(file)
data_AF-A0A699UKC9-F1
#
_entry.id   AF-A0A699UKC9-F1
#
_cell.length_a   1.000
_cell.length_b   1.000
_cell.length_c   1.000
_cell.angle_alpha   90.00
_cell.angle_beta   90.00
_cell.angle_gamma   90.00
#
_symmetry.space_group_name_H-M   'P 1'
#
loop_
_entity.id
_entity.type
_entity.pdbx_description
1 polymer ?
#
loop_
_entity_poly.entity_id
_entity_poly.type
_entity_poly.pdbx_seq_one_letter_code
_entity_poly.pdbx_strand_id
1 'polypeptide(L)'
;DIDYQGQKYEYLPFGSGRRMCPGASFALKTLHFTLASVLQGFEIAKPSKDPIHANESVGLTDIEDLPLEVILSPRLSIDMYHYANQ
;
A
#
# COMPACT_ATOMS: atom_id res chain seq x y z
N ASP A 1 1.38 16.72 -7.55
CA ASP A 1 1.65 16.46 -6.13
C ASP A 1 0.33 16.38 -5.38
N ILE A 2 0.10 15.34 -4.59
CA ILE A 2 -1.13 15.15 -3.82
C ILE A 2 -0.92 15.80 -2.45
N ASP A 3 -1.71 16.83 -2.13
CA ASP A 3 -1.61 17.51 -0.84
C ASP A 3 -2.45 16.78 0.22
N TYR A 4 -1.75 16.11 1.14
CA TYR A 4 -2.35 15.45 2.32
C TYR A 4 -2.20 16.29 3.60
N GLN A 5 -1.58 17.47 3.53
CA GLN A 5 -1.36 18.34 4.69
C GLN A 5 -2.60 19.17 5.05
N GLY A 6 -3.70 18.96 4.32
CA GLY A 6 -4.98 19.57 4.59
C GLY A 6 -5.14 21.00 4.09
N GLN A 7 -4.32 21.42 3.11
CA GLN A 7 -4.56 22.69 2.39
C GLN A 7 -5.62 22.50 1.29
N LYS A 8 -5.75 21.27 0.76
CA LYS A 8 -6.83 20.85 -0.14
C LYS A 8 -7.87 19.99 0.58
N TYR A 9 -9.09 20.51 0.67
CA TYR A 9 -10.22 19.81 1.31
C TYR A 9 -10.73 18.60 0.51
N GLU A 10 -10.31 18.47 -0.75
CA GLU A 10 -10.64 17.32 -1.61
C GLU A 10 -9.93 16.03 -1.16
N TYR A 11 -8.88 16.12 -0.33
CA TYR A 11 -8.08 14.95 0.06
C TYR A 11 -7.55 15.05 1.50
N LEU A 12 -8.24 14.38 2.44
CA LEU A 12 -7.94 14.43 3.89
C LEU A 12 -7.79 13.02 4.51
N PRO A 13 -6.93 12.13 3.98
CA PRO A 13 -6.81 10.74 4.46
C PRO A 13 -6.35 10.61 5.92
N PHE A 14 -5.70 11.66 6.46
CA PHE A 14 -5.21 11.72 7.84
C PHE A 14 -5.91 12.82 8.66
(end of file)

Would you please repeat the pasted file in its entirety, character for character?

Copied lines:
data_AF-A0A699UKC9-F1
#
_entry.id   AF-A0A699UKC9-F1
#
_cell.length_a   1.000
_cell.length_b   1.000
_cell.length_c   1.000
_cell.angle_alpha   90.00
_cell.angle_beta   90.00
_cell.angle_gamma   90.00
#
_symmetry.space_group_name_H-M   'P 1'
#
loop_
_entity.id
_entity.type
_entity.pdbx_description
1 polymer ?
#
loop_
_entity_poly.entity_id
_entity_poly.type
_entity_poly.pdbx_seq_one_letter_code
_entity_poly.pdbx_strand_id
1 'polypeptide(L)'
;DIDYQGQKYEYLPFGSGRRMCPGASFALKTLHFTLASVLQGFEIAKPSKDPIHANESVGLTDIEDLPLEVILSPRLSIDMYHYANQ
;
A
#
# COMPACT_ATOMS: atom_id res chain seq x y z
N ASP A 1 1.38 16.72 -7.55
CA ASP A 1 1.65 16.46 -6.13
C ASP A 1 0.33 16.38 -5.38
N ILE A 2 0.10 15.34 -4.59
CA ILE A 2 -1.13 15.15 -3.82
C ILE A 2 -0.92 15.80 -2.45
N ASP A 3 -1.71 16.83 -2.13
CA ASP A 3 -1.61 17.51 -0.84
C ASP A 3 -2.45 16.78 0.22
N TYR A 4 -1.75 16.11 1.14
CA TYR A 4 -2.35 15.45 2.32
C TYR A 4 -2.20 16.29 3.60
N GLN A 5 -1.58 17.47 3.53
CA GLN A 5 -1.36 18.34 4.69
C GLN A 5 -2.60 19.17 5.05
N GLY A 6 -3.70 18.96 4.32
CA GLY A 6 -4.98 19.57 4.59
C GLY A 6 -5.14 21.00 4.09
N GLN A 7 -4.32 21.42 3.11
CA GLN A 7 -4.56 22.69 2.39
C GLN A 7 -5.62 22.50 1.29
N LYS A 8 -5.75 21.27 0.76
CA LYS A 8 -6.83 20.85 -0.14
C LYS A 8 -7.87 19.99 0.58
N TYR A 9 -9.09 20.51 0.67
CA TYR A 9 -10.22 19.81 1.31
C TYR A 9 -10.73 18.60 0.51
N GLU A 10 -10.31 18.47 -0.75
CA GLU A 10 -10.64 17.32 -1.61
C GLU A 10 -9.93 16.03 -1.16
N TYR A 11 -8.88 16.12 -0.33
CA TYR A 11 -8.08 14.95 0.06
C TYR A 11 -7.55 15.05 1.50
N LEU A 12 -8.24 14.38 2.44
CA LEU A 12 -7.94 14.43 3.89
C LEU A 12 -7.79 13.02 4.51
N PRO A 13 -6.93 12.13 3.98
CA PRO A 13 -6.81 10.74 4.46
C PRO A 13 -6.35 10.61 5.92
N PHE A 14 -5.70 11.66 6.46
CA PHE A 14 -5.21 11.72 7.84
C PHE A 14 -5.91 12.82 8.66